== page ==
dfreed

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In this particular sentence she is referring to the structural forms of the pair.

And perhaps you misunderstand me. I have no heartburn with the structural form of the Zhouyi or the hexagrams; but I think that Hilary, myself, and others are talking about purpose and meaning, and not how the hexagrams are constructed.

Hilary talks about an 'opposite perspective' and about a 'complete contrast' and what I'm saying is, I see different and varied perspectives - and not juyst ones that are only opposite or are completely contrasting. My understanding of what these hexagrams mean, what they are showing us / telling us may well be different than what others think - but that doesn't mean I'm more (or less) correct, nor that mine are the only perspectives.

It is simply how I understand and see the hexagrams and the Yi, and it is therefore valid.

Personally I think to spend time arguing about it ... is like saying the I Ching is wrong, the structure is wrong, that 55 isn't 56 upside down and viceversa and that one feels one has a better idea.

And yet here you are, spending time arguing with me!

I assume the purpose here is to share ideas, perspectives, reflections, stories; even if they are in contrast to what others say - and that's what I've done. If it helps ease your criticism of me - or your attempts to make me wrong - then I'll confirm, what I've said in this thread is what I think, feel, perceive .... It's not an attempt to make the Yi 'wrong'. As someone already said of the hexagram pairs - they offer us a different way of seeing the situation.

Now in those few words of the Zagua lie so much that we can expand on endlessly in our readings ....

Well there you go - that's why you make extensive use of the Zagua and why you think it captures some kind of 'essence'; and I've already shared why I don't agree with this. In essence, I'm Hex. 30's "directed upward" to your Hex. 29's "directed downward"!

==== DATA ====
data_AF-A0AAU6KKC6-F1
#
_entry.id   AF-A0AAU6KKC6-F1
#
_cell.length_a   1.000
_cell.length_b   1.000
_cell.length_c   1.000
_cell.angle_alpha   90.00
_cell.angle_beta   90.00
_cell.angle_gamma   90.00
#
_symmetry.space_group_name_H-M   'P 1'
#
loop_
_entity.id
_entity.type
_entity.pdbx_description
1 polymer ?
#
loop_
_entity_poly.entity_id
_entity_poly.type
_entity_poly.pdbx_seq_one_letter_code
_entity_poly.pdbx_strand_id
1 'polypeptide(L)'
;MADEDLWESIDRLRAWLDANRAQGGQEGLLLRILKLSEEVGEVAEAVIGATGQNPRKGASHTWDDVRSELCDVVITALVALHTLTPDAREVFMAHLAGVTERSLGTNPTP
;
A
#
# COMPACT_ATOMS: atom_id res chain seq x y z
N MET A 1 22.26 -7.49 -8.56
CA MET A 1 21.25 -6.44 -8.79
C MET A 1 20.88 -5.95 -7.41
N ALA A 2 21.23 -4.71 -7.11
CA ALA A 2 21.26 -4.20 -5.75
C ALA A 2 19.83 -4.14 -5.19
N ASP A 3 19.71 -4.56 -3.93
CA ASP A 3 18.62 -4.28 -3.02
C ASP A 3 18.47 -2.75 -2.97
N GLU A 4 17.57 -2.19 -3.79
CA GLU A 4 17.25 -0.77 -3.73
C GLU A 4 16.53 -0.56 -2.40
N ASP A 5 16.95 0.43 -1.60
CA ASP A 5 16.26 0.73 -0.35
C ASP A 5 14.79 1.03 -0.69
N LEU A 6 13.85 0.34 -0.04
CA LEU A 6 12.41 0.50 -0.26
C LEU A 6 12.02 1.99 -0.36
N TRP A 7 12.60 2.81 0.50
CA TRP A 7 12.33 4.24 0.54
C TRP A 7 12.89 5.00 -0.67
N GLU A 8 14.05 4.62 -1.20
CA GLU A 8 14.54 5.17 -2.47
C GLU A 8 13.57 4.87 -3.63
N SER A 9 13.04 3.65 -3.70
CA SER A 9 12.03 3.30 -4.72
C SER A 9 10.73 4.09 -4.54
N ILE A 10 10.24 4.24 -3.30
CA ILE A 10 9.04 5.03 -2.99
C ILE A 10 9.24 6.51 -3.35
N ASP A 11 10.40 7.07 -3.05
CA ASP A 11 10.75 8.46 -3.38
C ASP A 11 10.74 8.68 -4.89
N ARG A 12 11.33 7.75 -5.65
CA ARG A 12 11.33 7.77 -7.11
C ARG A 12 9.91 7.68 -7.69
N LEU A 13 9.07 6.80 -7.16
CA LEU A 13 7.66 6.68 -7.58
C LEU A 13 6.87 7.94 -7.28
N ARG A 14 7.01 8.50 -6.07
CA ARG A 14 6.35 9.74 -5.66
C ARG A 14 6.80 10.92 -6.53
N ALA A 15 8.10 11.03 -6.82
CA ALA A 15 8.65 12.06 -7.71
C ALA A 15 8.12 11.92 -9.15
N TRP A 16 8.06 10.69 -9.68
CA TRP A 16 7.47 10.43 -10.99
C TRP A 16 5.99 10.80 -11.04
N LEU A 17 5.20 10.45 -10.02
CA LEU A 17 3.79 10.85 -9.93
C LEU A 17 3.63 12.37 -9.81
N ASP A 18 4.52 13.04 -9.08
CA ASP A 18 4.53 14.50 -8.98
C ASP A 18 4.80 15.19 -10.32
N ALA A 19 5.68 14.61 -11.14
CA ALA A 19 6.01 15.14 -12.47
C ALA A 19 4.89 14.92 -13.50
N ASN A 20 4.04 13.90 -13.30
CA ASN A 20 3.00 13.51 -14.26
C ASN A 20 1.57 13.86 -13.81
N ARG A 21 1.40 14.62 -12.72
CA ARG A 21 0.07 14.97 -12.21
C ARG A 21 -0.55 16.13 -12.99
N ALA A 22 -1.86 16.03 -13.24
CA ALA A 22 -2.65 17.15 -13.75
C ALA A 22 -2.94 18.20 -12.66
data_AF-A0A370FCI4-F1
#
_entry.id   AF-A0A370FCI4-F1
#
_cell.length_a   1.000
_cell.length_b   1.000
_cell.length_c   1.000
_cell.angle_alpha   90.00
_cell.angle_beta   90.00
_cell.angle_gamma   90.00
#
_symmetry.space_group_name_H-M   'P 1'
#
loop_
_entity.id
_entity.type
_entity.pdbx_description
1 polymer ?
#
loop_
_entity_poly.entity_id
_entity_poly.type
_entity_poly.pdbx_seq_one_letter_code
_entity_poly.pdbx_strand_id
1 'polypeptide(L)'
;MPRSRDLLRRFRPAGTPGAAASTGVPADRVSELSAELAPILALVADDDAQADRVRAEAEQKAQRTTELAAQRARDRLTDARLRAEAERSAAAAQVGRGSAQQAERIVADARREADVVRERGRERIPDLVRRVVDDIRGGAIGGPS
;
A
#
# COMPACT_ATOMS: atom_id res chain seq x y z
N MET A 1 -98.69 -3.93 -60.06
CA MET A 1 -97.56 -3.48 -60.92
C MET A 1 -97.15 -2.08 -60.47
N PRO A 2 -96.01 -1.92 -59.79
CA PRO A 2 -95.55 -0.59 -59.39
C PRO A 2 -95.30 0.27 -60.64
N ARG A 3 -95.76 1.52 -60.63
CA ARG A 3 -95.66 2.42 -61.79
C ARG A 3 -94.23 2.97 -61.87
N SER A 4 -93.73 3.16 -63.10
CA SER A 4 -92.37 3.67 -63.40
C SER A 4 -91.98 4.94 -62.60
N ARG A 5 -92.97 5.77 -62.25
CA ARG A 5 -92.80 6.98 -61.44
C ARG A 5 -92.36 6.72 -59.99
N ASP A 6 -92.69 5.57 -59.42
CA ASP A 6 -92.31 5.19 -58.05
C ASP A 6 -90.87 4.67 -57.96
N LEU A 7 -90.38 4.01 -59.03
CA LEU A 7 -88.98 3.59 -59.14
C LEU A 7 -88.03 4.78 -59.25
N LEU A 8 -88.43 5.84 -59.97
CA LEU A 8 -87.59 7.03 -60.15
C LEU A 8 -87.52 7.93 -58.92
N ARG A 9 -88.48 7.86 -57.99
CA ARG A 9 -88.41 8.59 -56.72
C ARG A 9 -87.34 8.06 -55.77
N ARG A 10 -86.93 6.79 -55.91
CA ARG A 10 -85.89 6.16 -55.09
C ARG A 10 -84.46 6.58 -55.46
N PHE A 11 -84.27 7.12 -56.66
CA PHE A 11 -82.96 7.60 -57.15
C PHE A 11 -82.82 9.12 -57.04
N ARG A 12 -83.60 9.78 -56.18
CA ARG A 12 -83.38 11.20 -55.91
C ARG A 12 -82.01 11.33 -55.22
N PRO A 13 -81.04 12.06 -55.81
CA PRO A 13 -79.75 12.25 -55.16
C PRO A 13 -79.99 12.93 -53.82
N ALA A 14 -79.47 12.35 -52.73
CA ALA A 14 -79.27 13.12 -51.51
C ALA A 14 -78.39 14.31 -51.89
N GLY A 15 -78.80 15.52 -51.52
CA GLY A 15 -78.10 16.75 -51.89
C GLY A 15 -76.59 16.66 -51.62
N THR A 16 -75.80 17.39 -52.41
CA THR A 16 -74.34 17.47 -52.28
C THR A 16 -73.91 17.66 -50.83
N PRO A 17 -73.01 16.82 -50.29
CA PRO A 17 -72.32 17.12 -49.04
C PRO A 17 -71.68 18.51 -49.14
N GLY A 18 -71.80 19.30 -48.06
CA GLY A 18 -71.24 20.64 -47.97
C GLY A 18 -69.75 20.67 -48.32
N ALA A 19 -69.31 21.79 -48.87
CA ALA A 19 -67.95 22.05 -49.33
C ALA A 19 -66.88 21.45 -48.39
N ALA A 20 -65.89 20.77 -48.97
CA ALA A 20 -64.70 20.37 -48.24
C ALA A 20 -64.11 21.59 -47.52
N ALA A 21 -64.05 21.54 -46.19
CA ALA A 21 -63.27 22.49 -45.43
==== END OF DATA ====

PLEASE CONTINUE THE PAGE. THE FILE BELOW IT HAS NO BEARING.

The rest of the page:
- or perhaps I'm George Burns to your Gracie Allen? Or - speaking of contrasts - maybe in this scenario you're Sigourney Weaver's Ripley and I'm the Alien!
 
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Trojina

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And perhaps you misunderstand me. I have no heartburn with the structural form of the Zhouyi or the hexagrams, but I think that Hilary, myself, and others are talking about purpose and meaning, not how the hexagrams are constructed.

In the particular sentence you quoted, that kicked off your initial post here, as I explained, she was referring to the structure when she used the word opposite. I think you missed that. To quote it again

55 and 56 are a pair of hexagrams – turn 55 upside-down, look at it from the opposite perspective, and you’re looking at 56.

You argue against that and yet there she is simply talking about the structure which one cannot argue with. One cannot argue the fact that 56 is 55 upside down and 56 is 55 upside down, it's just as it is and yet that's the point of departure for your whole argument about 55 and 56 not being opposites because xyz.

It is simply how I understand and see the hexagrams and the Yi, and it is therefore valid.

I wasn't saying your view of hexagrams wasn't valid....once more you are arguing against things that haven't been said.

And yet here you are, spending time arguing with me!
There's no 'yet'. The point is you are arguing about something in the blog that hasn't been said whilst missing the main point altogether.

I assume the purpose here is to share ideas, perspectives, reflections, stories; even if they are in contrast to what others say - and that's what I've done. If it helps ease your criticism of me - or your attempts to make me wrong - then I'll confirm, what I've said in this thread is what I think, feel, perceive .... It's not an attempt to make the Yi 'wrong'. As someone already said of the hexagram pairs - they offer us a different way of seeing the situation.
I made the points I did because I thought you were missing the point of the blog entirely and that was partly because you hadn't realised that first sentence your quoted was dealing with the structure of 55/56 rather than Hilary just making a senseless statement 'they are opposite' as you seemed to think she had.

What you've said isn't in contrast with what others have said, that's my point. It's more like you haven't even seen what they've said. If you are only arguing against what you imagine they've said it's like talking to yourself.

So I think that 55 and 56 have much more in common than they are opposites, and it makes me wonder if these shared elements are what, in large part, makes them a pair